It’s an interesting thing to watch something you have long thought of as a very niche interest, in this case a love and interest in old manual writing machines, burgeon into a cultural phenomena. Today I learned that the Typewriter Revolution has spread to other parts of my state, and an article in the Prescott, Arizona Daily Courier brings news of a group of typist-enthusiasts in that northern Arizona town. Next time I’m in Prescott, perhaps I’ll stop by the Wild Iris Coffee House and see if my brothers in arms are clacking away there. (:
Another fun thing I enjoy is checking the signups at TWDB for new Hunters to upgrade. Even though only a handful of people a month actually request to be upgraded, I’ll often check the info left behind and upgrade people anyway if their info indicates some interest or connection to typewriters. Usually if they upload a profile photo and put in a personal description, that’ll be enough for me to upgrade, but sometimes people sign up with an email address that indicates they own their own domain name, and I’ll grab the domain part of the address and plug it into a browser to see what their website looks like.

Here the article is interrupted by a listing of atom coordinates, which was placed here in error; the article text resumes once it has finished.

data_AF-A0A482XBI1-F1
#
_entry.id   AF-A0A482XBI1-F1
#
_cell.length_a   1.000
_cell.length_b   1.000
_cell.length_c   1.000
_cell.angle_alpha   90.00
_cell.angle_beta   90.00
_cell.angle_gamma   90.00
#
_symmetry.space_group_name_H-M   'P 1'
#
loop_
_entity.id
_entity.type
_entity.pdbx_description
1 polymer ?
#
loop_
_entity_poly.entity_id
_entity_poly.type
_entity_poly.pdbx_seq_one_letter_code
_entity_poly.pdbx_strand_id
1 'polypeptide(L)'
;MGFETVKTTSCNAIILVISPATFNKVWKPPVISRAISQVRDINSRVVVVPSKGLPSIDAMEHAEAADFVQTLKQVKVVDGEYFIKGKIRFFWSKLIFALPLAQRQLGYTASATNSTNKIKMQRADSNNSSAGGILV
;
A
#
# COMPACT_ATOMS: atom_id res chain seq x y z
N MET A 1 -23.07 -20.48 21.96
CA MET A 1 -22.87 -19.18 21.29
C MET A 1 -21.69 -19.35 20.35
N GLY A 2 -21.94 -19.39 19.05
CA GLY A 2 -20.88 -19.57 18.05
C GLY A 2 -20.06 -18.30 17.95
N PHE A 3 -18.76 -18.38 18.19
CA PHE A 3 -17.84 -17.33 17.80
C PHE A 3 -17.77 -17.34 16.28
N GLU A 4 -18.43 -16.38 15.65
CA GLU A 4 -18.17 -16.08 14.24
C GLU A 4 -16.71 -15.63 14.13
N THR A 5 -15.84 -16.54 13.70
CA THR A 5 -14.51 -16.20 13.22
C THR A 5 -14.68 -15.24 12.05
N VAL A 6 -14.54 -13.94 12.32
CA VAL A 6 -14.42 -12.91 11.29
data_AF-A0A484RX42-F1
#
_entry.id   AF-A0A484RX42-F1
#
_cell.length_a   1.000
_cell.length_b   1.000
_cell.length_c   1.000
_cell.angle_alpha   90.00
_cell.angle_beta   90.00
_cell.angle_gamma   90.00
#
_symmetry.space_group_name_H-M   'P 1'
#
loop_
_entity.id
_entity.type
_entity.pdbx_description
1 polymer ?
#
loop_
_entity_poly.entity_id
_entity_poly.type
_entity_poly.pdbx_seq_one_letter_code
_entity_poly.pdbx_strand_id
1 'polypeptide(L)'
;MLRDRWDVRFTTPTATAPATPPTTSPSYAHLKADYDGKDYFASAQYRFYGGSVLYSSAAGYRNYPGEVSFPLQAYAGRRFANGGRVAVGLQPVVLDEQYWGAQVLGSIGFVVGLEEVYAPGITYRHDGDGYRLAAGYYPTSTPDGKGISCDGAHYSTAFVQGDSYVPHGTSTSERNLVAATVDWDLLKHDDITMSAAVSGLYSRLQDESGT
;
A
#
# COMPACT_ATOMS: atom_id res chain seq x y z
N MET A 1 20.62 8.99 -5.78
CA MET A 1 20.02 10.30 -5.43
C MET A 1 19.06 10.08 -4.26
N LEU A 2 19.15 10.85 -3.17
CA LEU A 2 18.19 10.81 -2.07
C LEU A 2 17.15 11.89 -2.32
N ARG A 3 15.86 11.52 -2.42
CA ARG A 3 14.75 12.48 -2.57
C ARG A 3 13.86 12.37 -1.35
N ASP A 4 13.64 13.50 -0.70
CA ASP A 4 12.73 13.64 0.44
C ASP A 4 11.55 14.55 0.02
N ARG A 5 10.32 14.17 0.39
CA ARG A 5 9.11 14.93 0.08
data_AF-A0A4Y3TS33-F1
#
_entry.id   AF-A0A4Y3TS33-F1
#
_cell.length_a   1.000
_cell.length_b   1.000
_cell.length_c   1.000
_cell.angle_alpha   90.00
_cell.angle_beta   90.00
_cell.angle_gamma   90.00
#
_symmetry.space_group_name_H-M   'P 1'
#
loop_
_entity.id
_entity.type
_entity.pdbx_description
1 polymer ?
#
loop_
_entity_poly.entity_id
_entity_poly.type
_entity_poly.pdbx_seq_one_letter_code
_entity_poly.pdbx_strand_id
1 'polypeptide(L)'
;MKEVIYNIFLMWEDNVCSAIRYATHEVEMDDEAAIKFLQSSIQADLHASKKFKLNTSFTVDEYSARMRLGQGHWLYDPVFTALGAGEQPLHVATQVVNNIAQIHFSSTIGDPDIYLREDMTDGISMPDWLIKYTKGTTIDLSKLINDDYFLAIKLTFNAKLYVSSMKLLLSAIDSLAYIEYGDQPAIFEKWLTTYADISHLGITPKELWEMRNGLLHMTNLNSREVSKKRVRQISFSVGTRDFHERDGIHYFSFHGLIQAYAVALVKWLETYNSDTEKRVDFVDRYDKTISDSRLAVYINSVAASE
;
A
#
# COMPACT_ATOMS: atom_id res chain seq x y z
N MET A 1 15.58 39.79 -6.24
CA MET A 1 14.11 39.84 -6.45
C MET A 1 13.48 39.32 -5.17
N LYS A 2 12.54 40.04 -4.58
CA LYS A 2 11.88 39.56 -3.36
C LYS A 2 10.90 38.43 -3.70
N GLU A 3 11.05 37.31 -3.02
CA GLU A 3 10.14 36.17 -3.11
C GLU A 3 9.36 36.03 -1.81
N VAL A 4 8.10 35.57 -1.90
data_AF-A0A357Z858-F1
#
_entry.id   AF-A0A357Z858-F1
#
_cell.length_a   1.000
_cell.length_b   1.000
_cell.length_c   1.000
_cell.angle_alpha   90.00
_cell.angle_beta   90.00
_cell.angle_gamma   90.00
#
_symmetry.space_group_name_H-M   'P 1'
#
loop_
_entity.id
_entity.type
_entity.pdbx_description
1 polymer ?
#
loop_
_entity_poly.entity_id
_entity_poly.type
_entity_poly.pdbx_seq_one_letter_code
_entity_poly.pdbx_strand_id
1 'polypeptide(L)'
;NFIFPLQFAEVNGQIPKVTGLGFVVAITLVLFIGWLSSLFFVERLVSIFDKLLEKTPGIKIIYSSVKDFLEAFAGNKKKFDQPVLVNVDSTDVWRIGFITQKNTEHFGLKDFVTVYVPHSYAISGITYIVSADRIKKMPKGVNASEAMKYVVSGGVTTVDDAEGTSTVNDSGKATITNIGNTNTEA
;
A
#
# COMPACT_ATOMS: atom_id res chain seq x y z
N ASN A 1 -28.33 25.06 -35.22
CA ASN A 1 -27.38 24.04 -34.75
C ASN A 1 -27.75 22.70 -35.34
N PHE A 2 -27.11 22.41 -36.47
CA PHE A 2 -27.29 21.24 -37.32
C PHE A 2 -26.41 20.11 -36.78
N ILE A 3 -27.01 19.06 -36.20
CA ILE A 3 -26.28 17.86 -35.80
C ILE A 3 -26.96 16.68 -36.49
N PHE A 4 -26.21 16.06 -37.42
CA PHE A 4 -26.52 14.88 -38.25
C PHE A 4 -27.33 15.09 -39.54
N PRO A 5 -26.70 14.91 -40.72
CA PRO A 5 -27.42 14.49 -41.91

This was how I found out about independent film director Lee Citron, who signed up a couple days ago. His site shows off almost a dozen well-made short films from his portfolio, and I knew Mr Citron was a true Typewriter Hunter (and thus I upgraded his account) when I enjoyed his short film “Idiot Box“. About halfway through the film I noted a scene where the protagonist sits at work in a modern-ish office, typing a report on a 1940’s vintage Smith-Corona portable (a stripey Speedline model, in need of a new ribbon):